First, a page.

FPGAs and MPSoCs are ideally suited for machine vision applications due to their ability to process large amounts of data in parallel and at high speeds. FPGAs can run highly power efficient neural network implementations and benefit from ultra low latency connections to multiple image sensors. Given the inherent strengths of FPGAs for machine vision, it surprises me that GPUs have become the dominant hardware platform for deep learning applications1 in recent years. In my opinion, most of the potential for FPGAs in machine vision remains to be exploited.
Over the last few weeks, we’ve been working on a new range of FMC products that I hope will enable more people to exploit the potential of FPGAs in machine vision applications. We’re calling this project and the products within it - Camera FMC. Our goal is to create the hardware and software that will allow people to connect cameras to FPGAs, with:
- Support for multiple FPGA and MPSoC development boards
- Multiple camera options from existing and open ecosystems
- Great documentation and support
- Reasonable cost
There’s a lot of work to be done, but we’re making good progress and I’m excited to share some information about two of these products today.
RPi Camera FMC
The RPi Camera FMC supports 6 different Zynq UltraScale+ development boards (see below for list) and allows connection to 4x Raspberry Pi cameras (2-lane MIPI). The example designs for this product are hosted on Github - RPi Camera FMC Example designs - so keep an eye on the repo for our latest developments. At the moment, the designs simply take the video streams from all 4 cameras and feed them to a DisplayPort monitor. Below are some photos of the first boards.
Depth Camera FMC
Now this is the product that I’m really excited about. The Depth Camera FMC looks pretty much like the RPi Camera FMC (above) but instead it connects to 4x Luxonis OAK-FFC cameras. The 26-pin Luxonis camera interface supports cameras with up to a 4 MIPI lanes, which means that it can be used with cameras of much higher resolution and/or frame rate than the RPi camera interface can. Currently we have (early stage) example designs for six different Zynq UltraScale+ boards (the ones listed below) and you can checkout the Github repo for more info on the specific camera support for each of the dev boards.
If you haven’t heard of Luxonis you should really check them out. These guys have developed some really impressive USB and PoE cameras, powered by Intel Myriad VPUs for real-time object detection and other AI applications on edge devices.
But let’s take a step back. As impressive as the USB and PoE cameras are, our Depth Camera FMC doesn’t connect to them. For use with FPGAs, we instead want to connect to the Luxonis OAK-FFC cameras - these are a range of bare board camera modules with flex cables attached to them. Luxonis has designed a range of these flex cable camera modules to be used with Luxonis baseboards, and what’s more they’ve open sourced them all. If I’ve still got your attention, then you probably have some questions:
Why not connect to the Luxonis USB and PoE cameras? You already can. If you want to run neural networks external to the FPGA, then you can plug a Luxonis USB or PoE camera directly into most FPGA/MPSoC dev boards (given most have a USB and/or Ethernet port). Once you get Linux running on the board, then you can simply install the DepthAI API from the command line and away you go. With the Depth Camera FMC, the developer’s objective is to do at least part of the video processing on the FPGA, and also to get the images into the FPGA fabric with the absolute lowest latency.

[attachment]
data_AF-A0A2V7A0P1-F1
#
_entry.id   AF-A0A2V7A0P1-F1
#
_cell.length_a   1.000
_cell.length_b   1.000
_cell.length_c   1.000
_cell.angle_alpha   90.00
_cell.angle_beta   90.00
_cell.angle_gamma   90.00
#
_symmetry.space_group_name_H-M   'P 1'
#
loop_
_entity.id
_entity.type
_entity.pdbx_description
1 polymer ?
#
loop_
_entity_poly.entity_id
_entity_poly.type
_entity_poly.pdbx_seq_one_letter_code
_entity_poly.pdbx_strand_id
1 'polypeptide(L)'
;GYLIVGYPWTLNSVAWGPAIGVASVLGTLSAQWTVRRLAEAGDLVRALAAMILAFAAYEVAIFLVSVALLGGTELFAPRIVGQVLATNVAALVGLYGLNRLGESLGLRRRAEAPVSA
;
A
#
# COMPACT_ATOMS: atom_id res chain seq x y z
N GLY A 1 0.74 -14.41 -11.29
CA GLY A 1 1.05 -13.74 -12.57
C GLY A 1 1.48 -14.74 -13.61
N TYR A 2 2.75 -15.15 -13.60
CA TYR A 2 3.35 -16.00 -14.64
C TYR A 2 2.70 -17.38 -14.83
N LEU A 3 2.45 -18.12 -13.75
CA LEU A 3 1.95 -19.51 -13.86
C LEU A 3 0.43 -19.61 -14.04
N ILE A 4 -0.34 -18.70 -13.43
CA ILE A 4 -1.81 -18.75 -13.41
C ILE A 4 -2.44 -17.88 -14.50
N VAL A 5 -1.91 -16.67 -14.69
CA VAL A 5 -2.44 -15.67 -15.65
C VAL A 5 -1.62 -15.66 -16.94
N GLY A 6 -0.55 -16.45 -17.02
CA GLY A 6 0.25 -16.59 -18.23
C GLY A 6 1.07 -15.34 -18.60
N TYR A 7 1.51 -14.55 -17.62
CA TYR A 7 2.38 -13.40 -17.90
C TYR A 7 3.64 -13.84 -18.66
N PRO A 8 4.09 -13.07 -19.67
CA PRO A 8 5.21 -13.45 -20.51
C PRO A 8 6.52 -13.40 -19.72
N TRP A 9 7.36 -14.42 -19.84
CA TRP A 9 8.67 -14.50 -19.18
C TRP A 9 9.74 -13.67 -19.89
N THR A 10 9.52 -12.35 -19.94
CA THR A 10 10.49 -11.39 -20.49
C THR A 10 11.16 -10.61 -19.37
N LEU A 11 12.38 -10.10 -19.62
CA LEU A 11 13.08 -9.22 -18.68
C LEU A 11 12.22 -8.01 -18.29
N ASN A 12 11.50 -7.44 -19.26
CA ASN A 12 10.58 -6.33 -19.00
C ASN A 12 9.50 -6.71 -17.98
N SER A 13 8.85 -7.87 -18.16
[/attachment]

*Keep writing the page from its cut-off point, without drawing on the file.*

Why not connect to the Raspberry Pi 4-lane MIPI cameras via their 22-pin interface? The market offering for RPi 4-lane cameras is a bit limited due to the fact that most RPi models don’t have the compute power to deal with the throughput of a 4-lane MIPI camera anyway. This situation will no doubt improve with time, but there were a couple other issues with the 22-pin interface that I mention below.
Why use Luxonis OAK-FFC cameras? For a few reasons. They already have a good range of cameras on offer, and they are steadily growing the portfolio. They’ve designed a good physical interface for the cameras, which addresses a few issues with the RPi 22-pin interface - such as support for higher (power supply) currents and support for synchronization between multiple cameras. Finally, we chose Luxonis OAK-FFC cameras because Luxonis has open sourced the hardware designs of all of their camera modules, which is a tremendous advantage for developers.
Will Depth Camera FMC work with the DepthAI API? No. The Depth Camera FMC will only allow for direct connection of Luxonis OAK-FFC cameras to the FPGA fabric - it will not be loaded with the Intel Myriad VPU so we can’t leverage the DepthAI with this product alone. However at a later time I’ll share some ideas that might allow us to combine the power of FPGA with that of the Luxonis SoMs.
Below is the list of the Zynq UltraScale+ development boards that these two FMCs will support.
- Xilinx ZCU104
- Xilinx ZCU102
- Xilinx ZCU106
- TUL PYNQ-ZU
- Digilent Genesys-ZU
- Avnet UltraZed-EV Starter Kit
The image below shows the RPi Camera FMC connected to the TUL PYNQ-ZU with four Raspberry Pi cameras connected.
If you’re interested in these products or you want more information, just get in touch.